Clinical Studies & Trials

Clinical Studies & Trials

About Clinical Trials

Clinical trials are an important part of drug development and must take place before a medicine can be approved for use as a drug prescribed by doctors. Read below to learn more about the phases of clinical trials and how new therapies become available to people who need them. To see definitions for terms used, visit the Clinical Trial Glossary page.

Clinical trials are voluntary studies carried out in people to answer specific research questions. Clinical trials:

  • Study the safety and effectiveness of new drugs or procedures
  • Assess new ways of using existing treatments
  • Can be designed to learn more about a disease (e.g. a
    natural history study

    Natural History Studies: Type of observational study designed to look at the course of a disease without any type of treatment or intervention (other than standard of care). Natural history studies help researchers better understand the course of disease over time and what demographic, genetic or environmental factors are associated with the disease progression.


It’s important to know that:

  1. Clinical trials are not treatments; they are research studies. Participating in a clinical trial doesn’t mean that a drug will make your symptoms better or will stop the spread of a disease. You may even get a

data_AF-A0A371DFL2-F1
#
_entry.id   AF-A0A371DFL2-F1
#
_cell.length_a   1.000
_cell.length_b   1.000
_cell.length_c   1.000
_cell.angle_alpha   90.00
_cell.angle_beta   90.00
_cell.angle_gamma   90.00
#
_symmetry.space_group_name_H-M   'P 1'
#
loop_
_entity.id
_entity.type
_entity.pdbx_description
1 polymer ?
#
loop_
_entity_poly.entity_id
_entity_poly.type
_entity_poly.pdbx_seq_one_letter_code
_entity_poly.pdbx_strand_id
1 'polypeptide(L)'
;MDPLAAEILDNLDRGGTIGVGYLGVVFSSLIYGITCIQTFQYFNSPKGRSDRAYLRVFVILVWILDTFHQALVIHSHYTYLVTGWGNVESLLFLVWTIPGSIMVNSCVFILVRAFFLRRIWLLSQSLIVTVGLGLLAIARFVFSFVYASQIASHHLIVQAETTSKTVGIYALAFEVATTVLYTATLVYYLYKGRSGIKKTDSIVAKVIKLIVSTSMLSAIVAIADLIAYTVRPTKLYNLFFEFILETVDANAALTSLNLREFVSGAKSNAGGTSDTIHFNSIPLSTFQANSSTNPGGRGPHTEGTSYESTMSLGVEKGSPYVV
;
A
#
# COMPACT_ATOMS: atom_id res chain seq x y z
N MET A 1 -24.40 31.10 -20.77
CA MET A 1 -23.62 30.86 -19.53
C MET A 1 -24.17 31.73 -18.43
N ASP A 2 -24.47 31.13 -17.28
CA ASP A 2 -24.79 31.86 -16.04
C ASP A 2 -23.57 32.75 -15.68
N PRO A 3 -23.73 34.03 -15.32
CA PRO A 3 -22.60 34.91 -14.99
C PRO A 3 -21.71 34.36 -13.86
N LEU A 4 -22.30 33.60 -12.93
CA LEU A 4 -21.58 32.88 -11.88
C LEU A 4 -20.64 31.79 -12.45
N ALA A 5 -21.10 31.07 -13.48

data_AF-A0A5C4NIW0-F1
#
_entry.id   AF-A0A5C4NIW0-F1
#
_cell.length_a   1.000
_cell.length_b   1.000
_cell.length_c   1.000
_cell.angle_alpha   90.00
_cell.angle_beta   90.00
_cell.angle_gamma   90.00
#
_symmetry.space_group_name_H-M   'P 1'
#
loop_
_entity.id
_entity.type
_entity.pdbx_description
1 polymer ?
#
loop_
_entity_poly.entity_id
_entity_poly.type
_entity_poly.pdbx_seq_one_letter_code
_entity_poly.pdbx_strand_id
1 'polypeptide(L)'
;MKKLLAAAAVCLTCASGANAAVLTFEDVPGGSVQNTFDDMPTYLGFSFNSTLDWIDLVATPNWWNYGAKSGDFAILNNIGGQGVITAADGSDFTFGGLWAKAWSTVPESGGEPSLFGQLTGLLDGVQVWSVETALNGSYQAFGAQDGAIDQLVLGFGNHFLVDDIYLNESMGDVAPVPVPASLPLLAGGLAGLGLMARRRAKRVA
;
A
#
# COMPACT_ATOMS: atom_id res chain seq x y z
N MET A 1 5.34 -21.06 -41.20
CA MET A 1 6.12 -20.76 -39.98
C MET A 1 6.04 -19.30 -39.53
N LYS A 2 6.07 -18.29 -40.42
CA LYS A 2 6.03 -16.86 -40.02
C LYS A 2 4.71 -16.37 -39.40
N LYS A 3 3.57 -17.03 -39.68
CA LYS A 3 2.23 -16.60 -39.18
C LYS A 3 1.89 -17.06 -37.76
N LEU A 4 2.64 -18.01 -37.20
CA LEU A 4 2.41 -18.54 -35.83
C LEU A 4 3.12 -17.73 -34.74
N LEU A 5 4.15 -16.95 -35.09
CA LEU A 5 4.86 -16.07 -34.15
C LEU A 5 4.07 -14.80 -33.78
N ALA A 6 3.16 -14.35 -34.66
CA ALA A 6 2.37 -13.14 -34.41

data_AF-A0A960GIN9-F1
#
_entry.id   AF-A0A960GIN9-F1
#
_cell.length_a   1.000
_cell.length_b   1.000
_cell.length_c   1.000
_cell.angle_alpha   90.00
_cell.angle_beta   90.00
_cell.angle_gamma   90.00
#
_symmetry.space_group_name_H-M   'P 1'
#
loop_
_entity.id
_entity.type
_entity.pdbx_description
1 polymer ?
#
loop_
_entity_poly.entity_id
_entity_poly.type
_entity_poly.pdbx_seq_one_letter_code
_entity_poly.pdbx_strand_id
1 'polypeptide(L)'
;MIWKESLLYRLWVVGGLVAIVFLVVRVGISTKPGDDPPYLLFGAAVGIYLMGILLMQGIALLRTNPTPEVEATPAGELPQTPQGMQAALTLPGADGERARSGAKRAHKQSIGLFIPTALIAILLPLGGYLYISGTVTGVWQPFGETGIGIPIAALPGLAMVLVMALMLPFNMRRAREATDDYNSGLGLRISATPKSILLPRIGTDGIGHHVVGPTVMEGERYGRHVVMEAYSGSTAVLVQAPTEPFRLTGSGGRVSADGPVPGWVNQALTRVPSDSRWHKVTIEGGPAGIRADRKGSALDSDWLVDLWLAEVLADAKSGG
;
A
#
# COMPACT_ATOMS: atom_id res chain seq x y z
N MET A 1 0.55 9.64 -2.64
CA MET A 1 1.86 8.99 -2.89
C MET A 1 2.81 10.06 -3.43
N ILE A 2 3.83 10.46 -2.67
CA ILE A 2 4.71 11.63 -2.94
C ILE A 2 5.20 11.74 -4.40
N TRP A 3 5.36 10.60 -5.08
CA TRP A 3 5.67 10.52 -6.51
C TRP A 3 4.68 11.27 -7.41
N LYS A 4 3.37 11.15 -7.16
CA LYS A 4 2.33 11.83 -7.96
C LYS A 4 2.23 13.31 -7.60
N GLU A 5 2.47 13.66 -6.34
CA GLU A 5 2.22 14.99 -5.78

Placebo (control): An inactive product that resembles the test medicine or procedure, but without a treatment value. A placebo can be a pill, a powder, or a solution that resembles the test drug, but has no physical effect.

    in a clinical trial which contains no active ingredients at all.
  2. Investigational drugs may have unwanted side effects that can range from mild to very serious or life-threatening. However, by participating in a clinical trial, you are helping researchers evaluate the safety and effectiveness of new drugs for FOP and answer important scientific questions.
  3. An important part of many clinical trials is a placebo, which contains no active ingredients and acts as a control to compare any possible effect with the research drug. Participants who receive a placebo will still often receive the research drug after the placebo part of the trial is over.

The decision to participate in a clinical trial is yours. Participation is always voluntary, and you have the right to withdraw from a clinical trial at any time.

The FOP community is fortunate that there are multiple clinical trials happening for this ultra-rare disease. You may fit the eligibility criteria for more than one trial. This guide, created by PRA Health Sciences (now ICON), can be helpful to you in your decision-making process.

Learn more about Clinical Trial Phases.

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